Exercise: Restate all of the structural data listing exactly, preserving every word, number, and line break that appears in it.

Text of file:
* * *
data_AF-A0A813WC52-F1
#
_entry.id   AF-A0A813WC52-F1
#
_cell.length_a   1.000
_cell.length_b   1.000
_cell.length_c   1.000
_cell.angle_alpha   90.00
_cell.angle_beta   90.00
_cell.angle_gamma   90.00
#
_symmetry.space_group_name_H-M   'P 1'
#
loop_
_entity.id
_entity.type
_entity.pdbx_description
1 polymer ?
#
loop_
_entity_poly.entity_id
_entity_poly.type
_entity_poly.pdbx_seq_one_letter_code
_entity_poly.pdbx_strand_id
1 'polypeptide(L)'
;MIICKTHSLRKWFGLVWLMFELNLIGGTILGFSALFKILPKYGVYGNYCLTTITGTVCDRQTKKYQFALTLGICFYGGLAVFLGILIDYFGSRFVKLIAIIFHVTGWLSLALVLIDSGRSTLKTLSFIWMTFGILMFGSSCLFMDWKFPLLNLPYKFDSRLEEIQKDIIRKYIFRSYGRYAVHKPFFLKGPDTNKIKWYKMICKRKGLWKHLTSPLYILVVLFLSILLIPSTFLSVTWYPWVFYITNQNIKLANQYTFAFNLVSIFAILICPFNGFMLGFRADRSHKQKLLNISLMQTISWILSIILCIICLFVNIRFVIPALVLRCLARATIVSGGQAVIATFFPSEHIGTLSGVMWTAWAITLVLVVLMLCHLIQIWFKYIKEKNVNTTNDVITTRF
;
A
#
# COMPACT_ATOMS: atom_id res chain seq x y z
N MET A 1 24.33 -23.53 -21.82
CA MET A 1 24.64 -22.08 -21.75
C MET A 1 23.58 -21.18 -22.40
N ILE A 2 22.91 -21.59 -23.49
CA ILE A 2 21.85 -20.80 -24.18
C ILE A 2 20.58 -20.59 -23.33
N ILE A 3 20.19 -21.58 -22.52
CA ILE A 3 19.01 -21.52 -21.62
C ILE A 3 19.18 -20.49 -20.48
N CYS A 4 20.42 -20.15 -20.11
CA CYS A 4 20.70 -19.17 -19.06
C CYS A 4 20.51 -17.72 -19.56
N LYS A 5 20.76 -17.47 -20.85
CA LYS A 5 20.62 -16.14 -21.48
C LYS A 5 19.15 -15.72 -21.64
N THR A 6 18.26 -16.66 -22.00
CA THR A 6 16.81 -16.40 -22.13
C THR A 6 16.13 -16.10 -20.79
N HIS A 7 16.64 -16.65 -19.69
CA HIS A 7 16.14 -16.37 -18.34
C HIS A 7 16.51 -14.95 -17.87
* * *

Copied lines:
data_AF-A0A813WC52-F1
#
_entry.id   AF-A0A813WC52-F1
#
_cell.length_a   1.000
_cell.length_b   1.000
_cell.length_c   1.000
_cell.angle_alpha   90.00
_cell.angle_beta   90.00
_cell.angle_gamma   90.00
#
_symmetry.space_group_name_H-M   'P 1'
#
loop_
_entity.id
_entity.type
_entity.pdbx_description
1 polymer ?
#
loop_
_entity_poly.entity_id
_entity_poly.type
_entity_poly.pdbx_seq_one_letter_code
_entity_poly.pdbx_strand_id
1 'polypeptide(L)'
;MIICKTHSLRKWFGLVWLMFELNLIGGTILGFSALFKILPKYGVYGNYCLTTITGTVCDRQTKKYQFALTLGICFYGGLAVFLGILIDYFGSRFVKLIAIIFHVTGWLSLALVLIDSGRSTLKTLSFIWMTFGILMFGSSCLFMDWKFPLLNLPYKFDSRLEEIQKDIIRKYIFRSYGRYAVHKPFFLKGPDTNKIKWYKMICKRKGLWKHLTSPLYILVVLFLSILLIPSTFLSVTWYPWVFYITNQNIKLANQYTFAFNLVSIFAILICPFNGFMLGFRADRSHKQKLLNISLMQTISWILSIILCIICLFVNIRFVIPALVLRCLARATIVSGGQAVIATFFPSEHIGTLSGVMWTAWAITLVLVVLMLCHLIQIWFKYIKEKNVNTTNDVITTRF
;
A
#
# COMPACT_ATOMS: atom_id res chain seq x y z
N MET A 1 24.33 -23.53 -21.82
CA MET A 1 24.64 -22.08 -21.75
C MET A 1 23.58 -21.18 -22.40
N ILE A 2 22.91 -21.59 -23.49
CA ILE A 2 21.85 -20.80 -24.18
C ILE A 2 20.58 -20.59 -23.33
N ILE A 3 20.19 -21.58 -22.52
CA ILE A 3 19.01 -21.52 -21.62
C ILE A 3 19.18 -20.49 -20.48
N CYS A 4 20.42 -20.15 -20.11
CA CYS A 4 20.70 -19.17 -19.06
C CYS A 4 20.51 -17.72 -19.56
N LYS A 5 20.76 -17.47 -20.85
CA LYS A 5 20.62 -16.14 -21.48
C LYS A 5 19.15 -15.72 -21.64
N THR A 6 18.26 -16.66 -22.00
CA THR A 6 16.81 -16.40 -22.13
C THR A 6 16.13 -16.10 -20.79
N HIS A 7 16.64 -16.65 -19.69
CA HIS A 7 16.14 -16.37 -18.34
C HIS A 7 16.51 -14.95 -17.87